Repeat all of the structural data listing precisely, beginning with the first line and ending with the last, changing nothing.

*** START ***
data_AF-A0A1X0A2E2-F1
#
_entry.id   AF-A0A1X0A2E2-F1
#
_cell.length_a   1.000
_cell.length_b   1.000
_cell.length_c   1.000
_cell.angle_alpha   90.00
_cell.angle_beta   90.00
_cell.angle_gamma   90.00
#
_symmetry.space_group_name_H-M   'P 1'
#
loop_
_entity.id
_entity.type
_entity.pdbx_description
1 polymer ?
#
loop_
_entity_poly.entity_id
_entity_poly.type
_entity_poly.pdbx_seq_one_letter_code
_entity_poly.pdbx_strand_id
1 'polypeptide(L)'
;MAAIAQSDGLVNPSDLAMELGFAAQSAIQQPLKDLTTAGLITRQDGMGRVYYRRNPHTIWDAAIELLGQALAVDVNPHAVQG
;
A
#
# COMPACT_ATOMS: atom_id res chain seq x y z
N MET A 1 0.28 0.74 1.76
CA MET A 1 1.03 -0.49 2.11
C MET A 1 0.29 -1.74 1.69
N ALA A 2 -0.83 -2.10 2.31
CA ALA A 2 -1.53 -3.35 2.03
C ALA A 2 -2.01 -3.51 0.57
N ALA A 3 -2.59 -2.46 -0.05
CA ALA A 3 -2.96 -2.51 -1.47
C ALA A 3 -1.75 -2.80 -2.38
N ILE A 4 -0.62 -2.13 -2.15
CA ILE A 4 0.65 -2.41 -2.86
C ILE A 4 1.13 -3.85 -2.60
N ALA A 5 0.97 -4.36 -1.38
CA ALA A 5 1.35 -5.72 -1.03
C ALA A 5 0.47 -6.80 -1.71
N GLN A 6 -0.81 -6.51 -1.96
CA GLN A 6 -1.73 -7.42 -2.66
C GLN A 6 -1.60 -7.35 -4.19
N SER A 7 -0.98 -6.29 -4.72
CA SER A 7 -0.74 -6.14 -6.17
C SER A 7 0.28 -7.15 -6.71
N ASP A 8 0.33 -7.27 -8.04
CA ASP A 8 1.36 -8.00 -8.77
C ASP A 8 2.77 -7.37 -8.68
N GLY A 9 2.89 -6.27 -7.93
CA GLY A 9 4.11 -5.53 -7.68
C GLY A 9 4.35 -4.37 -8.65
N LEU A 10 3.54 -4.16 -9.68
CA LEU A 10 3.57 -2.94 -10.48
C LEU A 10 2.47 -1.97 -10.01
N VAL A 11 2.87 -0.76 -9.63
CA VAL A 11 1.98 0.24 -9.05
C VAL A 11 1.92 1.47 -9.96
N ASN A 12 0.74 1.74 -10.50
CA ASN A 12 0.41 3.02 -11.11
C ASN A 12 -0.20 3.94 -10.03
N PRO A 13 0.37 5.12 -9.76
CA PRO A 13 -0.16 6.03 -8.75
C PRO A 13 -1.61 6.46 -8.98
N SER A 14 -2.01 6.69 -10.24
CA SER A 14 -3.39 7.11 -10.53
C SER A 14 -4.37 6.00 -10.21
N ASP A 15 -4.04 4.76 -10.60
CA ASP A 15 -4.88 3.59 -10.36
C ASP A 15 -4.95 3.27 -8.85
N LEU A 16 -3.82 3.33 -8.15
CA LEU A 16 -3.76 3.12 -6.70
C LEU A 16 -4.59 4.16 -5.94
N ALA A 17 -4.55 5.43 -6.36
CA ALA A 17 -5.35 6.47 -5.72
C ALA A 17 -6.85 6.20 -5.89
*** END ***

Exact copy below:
data_AF-A0A1X0A2E2-F1
#
_entry.id   AF-A0A1X0A2E2-F1
#
_cell.length_a   1.000
_cell.length_b   1.000
_cell.length_c   1.000
_cell.angle_alpha   90.00
_cell.angle_beta   90.00
_cell.angle_gamma   90.00
#
_symmetry.space_group_name_H-M   'P 1'
#
loop_
_entity.id
_entity.type
_entity.pdbx_description
1 polymer ?
#
loop_
_entity_poly.entity_id
_entity_poly.type
_entity_poly.pdbx_seq_one_letter_code
_entity_poly.pdbx_strand_id
1 'polypeptide(L)'
;MAAIAQSDGLVNPSDLAMELGFAAQSAIQQPLKDLTTAGLITRQDGMGRVYYRRNPHTIWDAAIELLGQALAVDVNPHAVQG
;
A
#
# COMPACT_ATOMS: atom_id res chain seq x y z
N MET A 1 0.28 0.74 1.76
CA MET A 1 1.03 -0.49 2.11
C MET A 1 0.29 -1.74 1.69
N ALA A 2 -0.83 -2.10 2.31
CA ALA A 2 -1.53 -3.35 2.03
C ALA A 2 -2.01 -3.51 0.57
N ALA A 3 -2.59 -2.46 -0.05
CA ALA A 3 -2.96 -2.51 -1.47
C ALA A 3 -1.75 -2.80 -2.38
N ILE A 4 -0.62 -2.13 -2.15
CA ILE A 4 0.65 -2.41 -2.86
C ILE A 4 1.13 -3.85 -2.60
N ALA A 5 0.97 -4.36 -1.38
CA ALA A 5 1.35 -5.72 -1.03
C ALA A 5 0.47 -6.80 -1.71
N GLN A 6 -0.81 -6.51 -1.96
CA GLN A 6 -1.73 -7.42 -2.66
C GLN A 6 -1.60 -7.35 -4.19
N SER A 7 -0.98 -6.29 -4.72
CA SER A 7 -0.74 -6.14 -6.17
C SER A 7 0.28 -7.15 -6.71
N ASP A 8 0.33 -7.27 -8.04
CA ASP A 8 1.36 -8.00 -8.77
C ASP A 8 2.77 -7.37 -8.68
N GLY A 9 2.89 -6.27 -7.93
CA GLY A 9 4.11 -5.53 -7.68
C GLY A 9 4.35 -4.37 -8.65
N LEU A 10 3.54 -4.16 -9.68
CA LEU A 10 3.57 -2.94 -10.48
C LEU A 10 2.47 -1.97 -10.01
N VAL A 11 2.87 -0.76 -9.63
CA VAL A 11 1.98 0.24 -9.05
C VAL A 11 1.92 1.47 -9.96
N ASN A 12 0.74 1.74 -10.50
CA ASN A 12 0.41 3.02 -11.11
C ASN A 12 -0.20 3.94 -10.03
N PRO A 13 0.37 5.12 -9.76
CA PRO A 13 -0.16 6.03 -8.75
C PRO A 13 -1.61 6.46 -8.98
N SER A 14 -2.01 6.69 -10.24
CA SER A 14 -3.39 7.11 -10.53
C SER A 14 -4.37 6.00 -10.21
N ASP A 15 -4.04 4.76 -10.60
CA ASP A 15 -4.88 3.59 -10.36
C ASP A 15 -4.95 3.27 -8.85
N LEU A 16 -3.82 3.33 -8.15
CA LEU A 16 -3.76 3.12 -6.70
C LEU A 16 -4.59 4.16 -5.94
N ALA A 17 -4.55 5.43 -6.36
CA ALA A 17 -5.35 6.47 -5.72
C ALA A 17 -6.85 6.20 -5.89